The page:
LM Otero, Associated Press
DALLAS — In the months after Doug Robinson started driving a truck, he noticed his clothes were increasingly more snug-fitting. He was already overweight but soon realized that spending up to 11 hours behind the wheel, frequently eating fast food and not exercising was a poor combination.
When his employer, U.S. Xpress, took part in a weight-loss challenge sponsored by the Truckload Carriers Association, the 321-pound, 6-foot-1-inch Robinson signed up.
So far, he's about 40 pounds into his goal of dropping 100. His truck's refrigerator is stocked with chicken, tuna and vegetables. And after his day's drive, he walks — either on trails near rest stops or just circling his truck.
"I have asthma, so with the extra weight on there, it isn't good for me," said Robinson, a 30-year-old from Philadelphia. "When I started losing weight, instantly I was breathing better. I was sleeping better at night."
From trucking companies embracing wellness and weight-loss programs to gyms being installed at truck stops, momentum has picked up in recent years to help those who make their living driving big rigs get into shape.
"I think a lot of trucking companies are coming around to the idea that their drivers are their assets," said Boyd Stephenson of the American Trucking Associations, the industry's largest national trade association. He added that healthier employees help a company's bottom line.
There's an additional incentive for truckers to stay in shape — their job might depend on their health.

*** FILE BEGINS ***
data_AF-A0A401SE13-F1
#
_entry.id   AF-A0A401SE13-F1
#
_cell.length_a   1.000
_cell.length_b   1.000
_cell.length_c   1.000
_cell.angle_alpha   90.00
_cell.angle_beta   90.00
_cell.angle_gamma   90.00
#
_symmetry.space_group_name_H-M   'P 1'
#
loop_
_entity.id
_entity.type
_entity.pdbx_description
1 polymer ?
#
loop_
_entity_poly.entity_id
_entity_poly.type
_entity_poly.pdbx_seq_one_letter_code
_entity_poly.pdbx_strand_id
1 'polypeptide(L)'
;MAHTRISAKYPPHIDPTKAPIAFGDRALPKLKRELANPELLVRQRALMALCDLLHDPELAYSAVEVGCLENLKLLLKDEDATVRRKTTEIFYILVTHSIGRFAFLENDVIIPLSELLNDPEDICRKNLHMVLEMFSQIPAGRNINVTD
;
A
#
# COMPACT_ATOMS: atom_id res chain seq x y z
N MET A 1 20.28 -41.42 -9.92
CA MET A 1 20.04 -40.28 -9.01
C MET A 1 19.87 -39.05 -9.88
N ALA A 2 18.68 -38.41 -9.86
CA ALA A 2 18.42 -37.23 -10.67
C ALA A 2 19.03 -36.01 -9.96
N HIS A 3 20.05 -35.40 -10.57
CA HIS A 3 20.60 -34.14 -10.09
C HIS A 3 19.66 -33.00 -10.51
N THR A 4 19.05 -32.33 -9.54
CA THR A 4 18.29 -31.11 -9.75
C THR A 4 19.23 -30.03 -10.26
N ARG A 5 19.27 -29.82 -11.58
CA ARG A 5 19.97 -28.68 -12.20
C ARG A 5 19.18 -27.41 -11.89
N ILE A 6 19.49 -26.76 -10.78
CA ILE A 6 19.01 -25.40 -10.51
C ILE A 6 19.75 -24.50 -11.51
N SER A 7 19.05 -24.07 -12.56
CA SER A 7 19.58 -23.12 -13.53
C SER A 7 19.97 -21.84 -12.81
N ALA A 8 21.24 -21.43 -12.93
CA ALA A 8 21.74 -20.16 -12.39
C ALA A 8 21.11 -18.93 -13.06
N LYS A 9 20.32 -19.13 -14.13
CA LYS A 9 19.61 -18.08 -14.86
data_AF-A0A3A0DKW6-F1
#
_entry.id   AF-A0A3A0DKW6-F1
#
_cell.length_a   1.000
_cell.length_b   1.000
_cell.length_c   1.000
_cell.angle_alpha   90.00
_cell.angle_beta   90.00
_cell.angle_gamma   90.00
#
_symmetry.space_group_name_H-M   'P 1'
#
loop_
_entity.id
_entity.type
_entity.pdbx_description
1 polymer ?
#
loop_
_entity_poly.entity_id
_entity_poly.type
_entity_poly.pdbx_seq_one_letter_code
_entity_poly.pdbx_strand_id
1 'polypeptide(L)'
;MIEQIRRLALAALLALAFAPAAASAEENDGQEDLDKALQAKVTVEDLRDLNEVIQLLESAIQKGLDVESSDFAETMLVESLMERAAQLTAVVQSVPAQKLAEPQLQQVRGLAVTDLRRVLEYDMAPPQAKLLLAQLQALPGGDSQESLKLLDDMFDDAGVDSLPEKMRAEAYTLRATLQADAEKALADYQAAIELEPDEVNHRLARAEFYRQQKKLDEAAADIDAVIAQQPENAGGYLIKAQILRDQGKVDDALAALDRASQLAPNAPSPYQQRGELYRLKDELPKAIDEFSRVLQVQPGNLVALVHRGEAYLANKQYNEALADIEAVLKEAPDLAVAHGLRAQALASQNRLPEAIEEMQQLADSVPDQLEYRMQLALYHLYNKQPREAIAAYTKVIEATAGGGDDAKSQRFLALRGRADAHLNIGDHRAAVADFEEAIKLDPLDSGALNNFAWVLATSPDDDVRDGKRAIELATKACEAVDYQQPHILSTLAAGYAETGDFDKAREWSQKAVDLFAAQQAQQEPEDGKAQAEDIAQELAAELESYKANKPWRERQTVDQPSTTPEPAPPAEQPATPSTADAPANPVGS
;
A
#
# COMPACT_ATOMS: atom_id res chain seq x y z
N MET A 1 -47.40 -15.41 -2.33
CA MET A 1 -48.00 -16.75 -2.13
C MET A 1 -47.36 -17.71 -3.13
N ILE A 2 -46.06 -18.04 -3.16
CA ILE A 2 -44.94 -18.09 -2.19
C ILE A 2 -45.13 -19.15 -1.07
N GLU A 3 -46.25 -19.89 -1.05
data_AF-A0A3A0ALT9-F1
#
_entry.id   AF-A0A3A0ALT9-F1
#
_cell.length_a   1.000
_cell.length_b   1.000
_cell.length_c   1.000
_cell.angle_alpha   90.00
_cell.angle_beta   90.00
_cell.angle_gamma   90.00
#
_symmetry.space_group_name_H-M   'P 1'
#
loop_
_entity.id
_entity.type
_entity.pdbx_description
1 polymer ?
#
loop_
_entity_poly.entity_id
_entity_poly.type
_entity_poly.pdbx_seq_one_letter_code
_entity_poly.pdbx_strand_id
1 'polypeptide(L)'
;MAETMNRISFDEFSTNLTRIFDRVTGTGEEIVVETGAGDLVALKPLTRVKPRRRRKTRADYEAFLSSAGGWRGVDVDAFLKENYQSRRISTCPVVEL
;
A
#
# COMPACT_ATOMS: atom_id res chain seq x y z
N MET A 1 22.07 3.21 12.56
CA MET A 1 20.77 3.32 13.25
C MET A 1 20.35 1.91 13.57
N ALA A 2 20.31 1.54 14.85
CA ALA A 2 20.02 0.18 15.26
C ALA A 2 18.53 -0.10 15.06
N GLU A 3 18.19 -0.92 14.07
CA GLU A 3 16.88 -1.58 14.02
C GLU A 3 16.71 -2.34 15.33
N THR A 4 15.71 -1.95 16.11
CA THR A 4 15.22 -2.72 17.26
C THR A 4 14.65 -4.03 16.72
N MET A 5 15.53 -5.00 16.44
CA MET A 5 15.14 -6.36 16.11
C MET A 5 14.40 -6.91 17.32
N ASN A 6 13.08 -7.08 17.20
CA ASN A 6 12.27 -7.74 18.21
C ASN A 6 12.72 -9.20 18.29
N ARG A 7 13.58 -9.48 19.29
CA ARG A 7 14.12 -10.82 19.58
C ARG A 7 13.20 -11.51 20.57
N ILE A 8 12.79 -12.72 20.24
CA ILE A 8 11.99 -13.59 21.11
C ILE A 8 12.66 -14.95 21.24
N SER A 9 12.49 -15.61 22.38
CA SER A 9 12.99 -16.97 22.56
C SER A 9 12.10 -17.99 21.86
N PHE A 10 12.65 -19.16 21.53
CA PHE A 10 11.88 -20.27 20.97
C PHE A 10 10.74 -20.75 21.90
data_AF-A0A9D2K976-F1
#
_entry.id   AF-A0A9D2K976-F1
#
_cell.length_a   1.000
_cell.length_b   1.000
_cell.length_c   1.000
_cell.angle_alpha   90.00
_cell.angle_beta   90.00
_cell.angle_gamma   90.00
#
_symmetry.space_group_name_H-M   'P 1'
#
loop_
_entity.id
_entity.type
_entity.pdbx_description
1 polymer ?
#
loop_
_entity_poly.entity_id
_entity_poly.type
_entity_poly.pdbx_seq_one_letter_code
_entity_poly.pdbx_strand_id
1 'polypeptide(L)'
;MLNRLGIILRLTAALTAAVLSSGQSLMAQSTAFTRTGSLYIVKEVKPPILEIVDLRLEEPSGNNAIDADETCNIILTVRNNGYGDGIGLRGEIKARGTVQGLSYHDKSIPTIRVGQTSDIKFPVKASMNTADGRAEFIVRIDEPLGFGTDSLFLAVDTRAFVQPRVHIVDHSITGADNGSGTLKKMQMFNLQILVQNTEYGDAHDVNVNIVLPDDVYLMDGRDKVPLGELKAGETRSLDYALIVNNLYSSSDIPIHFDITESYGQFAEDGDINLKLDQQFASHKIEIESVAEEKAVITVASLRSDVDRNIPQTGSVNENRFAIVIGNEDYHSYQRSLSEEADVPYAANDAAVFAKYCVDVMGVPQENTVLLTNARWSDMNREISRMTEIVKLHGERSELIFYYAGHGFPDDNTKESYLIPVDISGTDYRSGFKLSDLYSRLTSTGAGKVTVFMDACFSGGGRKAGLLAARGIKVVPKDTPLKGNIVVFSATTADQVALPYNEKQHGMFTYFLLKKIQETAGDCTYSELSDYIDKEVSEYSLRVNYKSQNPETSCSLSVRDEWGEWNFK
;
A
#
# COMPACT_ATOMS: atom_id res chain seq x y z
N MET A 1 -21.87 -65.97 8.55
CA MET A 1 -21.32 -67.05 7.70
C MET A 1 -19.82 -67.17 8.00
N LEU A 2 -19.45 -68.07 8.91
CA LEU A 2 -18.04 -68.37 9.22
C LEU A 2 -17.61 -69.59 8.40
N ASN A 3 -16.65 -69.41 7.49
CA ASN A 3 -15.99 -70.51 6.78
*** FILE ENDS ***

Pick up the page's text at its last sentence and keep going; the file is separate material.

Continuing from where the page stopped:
Every two years, they must pass a physical exam required by U.S. Department of Transportation's Federal Motor Carrier Safety Administration. They're checked for conditions that might cause them to become incapacitated — suddenly or gradually — while driving, including severe heart conditions, high blood pressure and respiratory disorders.
While there are no weight restrictions, a commercial driver who has been diagnosed with obstructive sleep apnea and isn't undergoing treatment will not get a medical certificate. Sleep apnea, more common among those who are overweight, leads to daytime sleepiness, a danger on long drives.
But there are obstacles for truck drivers who are mindful of their health. In addition to being seated for many hours at a time, eating options are usually limited to places with parking lots big enough to accommodate their tractor-trailers — most often truck stops, which historically have not been known for wholesome food or workout equipment.
That's something truck stop chains have been trying to change.
TravelCenters of America, which operates under the TA and Petro Stopping Centers brands, launched a program two years ago called StayFit that includes placing small, free gyms in truck stops, offering healthier eating options and half portions, mapping walking routes near truck stops and building basketball courts in some locations.
"We wanted to remove as many barriers to drivers' health as possible," said TravelCenters spokesman Tom Liutkus, who said the company has gyms at 42 of its more than 240 locations, with plans to outfit them all by the end of next year. He added that the gyms have been accessed more than 30,000 times.
Gym franchiser Snap Fitness has partnered with Rolling Strong, which provides wellness programs aimed at truckers, to open gyms at Pilot Flying J locations. The first one opened south of Dallas in June: A nearly 1,000-square-foot stand-alone building filled with weights and a dozen or so machines. So far, more than 120 memberships have been sold for that gym.
"We know that we have an audience out there that needs help," said Snap Fitness chief executive officer and founder Peter Taunton. By the end of the year, they also plan to install gyms inside Pilot Flying J truck stops in Georgia and Tennessee.
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